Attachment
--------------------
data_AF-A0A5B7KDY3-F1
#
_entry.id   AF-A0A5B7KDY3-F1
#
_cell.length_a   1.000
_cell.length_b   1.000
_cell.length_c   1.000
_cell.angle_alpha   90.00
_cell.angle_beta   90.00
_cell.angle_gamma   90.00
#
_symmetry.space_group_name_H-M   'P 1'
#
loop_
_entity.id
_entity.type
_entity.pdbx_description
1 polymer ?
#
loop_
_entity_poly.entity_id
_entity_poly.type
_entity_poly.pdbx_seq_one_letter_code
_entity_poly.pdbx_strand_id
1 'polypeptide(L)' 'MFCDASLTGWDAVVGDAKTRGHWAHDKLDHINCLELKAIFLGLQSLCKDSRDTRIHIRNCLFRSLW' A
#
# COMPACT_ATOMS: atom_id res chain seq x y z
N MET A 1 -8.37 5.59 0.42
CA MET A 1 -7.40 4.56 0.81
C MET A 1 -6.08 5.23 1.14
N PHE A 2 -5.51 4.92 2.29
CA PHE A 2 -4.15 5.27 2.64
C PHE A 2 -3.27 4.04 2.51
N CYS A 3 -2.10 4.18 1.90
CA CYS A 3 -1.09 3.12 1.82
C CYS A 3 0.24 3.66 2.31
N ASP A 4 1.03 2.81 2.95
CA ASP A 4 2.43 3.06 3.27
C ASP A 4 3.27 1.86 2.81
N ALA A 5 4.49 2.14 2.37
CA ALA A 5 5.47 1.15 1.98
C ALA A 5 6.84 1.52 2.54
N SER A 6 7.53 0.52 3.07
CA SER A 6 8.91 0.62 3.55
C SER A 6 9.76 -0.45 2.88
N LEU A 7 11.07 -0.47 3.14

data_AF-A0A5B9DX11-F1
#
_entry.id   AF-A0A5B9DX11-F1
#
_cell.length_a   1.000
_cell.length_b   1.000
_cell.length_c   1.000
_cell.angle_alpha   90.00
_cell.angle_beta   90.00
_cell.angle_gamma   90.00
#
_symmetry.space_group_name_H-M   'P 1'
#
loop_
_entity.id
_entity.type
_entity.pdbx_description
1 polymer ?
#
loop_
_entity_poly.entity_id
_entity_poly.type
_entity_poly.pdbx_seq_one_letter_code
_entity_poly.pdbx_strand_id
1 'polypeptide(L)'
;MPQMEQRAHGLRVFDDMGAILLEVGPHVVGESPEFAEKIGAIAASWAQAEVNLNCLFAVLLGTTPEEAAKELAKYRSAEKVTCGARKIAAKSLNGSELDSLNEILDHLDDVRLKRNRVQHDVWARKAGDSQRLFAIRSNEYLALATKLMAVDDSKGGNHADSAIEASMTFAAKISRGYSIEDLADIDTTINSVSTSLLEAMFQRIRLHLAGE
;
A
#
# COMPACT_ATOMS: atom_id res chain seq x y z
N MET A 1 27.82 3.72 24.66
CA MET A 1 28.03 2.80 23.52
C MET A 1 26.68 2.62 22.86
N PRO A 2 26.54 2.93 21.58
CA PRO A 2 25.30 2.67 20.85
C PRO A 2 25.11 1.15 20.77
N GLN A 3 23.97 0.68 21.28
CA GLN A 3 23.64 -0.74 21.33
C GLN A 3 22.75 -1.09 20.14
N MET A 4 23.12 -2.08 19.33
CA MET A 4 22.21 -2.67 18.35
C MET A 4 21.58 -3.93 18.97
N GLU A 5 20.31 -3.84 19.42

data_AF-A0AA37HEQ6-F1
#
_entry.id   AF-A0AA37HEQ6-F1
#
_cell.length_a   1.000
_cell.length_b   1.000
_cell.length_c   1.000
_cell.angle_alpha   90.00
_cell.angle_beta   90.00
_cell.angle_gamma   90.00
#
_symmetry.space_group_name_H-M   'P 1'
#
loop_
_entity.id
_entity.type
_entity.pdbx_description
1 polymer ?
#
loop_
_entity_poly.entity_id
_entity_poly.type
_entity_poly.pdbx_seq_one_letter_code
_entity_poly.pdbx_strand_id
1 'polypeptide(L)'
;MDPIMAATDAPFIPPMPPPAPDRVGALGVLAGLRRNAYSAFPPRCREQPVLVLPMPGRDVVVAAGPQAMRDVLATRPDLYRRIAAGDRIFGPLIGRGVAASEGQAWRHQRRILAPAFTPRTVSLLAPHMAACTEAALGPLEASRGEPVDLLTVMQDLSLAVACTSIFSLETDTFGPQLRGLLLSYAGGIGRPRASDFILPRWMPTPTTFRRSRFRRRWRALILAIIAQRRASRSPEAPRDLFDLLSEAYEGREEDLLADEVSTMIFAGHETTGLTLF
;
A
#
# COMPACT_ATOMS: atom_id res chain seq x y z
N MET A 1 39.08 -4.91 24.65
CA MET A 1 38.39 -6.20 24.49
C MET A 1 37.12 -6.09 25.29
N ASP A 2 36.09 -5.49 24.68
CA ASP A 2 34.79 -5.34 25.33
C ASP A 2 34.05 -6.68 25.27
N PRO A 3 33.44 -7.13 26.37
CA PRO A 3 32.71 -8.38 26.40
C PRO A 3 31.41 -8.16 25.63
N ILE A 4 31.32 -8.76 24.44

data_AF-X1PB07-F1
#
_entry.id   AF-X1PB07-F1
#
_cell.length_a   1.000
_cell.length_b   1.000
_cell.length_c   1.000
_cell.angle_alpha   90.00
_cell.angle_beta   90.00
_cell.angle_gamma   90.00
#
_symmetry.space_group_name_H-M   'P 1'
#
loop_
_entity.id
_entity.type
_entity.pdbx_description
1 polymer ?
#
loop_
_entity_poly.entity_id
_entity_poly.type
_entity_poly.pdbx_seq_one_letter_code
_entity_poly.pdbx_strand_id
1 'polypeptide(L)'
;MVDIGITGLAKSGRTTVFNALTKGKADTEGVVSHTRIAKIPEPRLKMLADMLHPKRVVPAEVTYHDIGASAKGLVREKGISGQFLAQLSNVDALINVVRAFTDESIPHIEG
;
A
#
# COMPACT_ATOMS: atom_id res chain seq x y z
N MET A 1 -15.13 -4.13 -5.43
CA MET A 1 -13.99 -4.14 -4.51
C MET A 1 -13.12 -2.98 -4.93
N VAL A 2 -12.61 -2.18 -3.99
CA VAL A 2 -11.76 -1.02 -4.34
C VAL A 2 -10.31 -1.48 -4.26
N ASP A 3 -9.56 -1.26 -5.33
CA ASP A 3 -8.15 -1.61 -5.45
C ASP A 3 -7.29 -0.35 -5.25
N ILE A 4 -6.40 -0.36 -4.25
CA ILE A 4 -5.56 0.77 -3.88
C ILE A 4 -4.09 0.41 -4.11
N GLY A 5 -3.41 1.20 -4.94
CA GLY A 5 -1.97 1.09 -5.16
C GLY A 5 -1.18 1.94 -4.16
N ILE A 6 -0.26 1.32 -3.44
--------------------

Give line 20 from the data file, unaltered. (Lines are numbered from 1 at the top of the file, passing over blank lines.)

loop_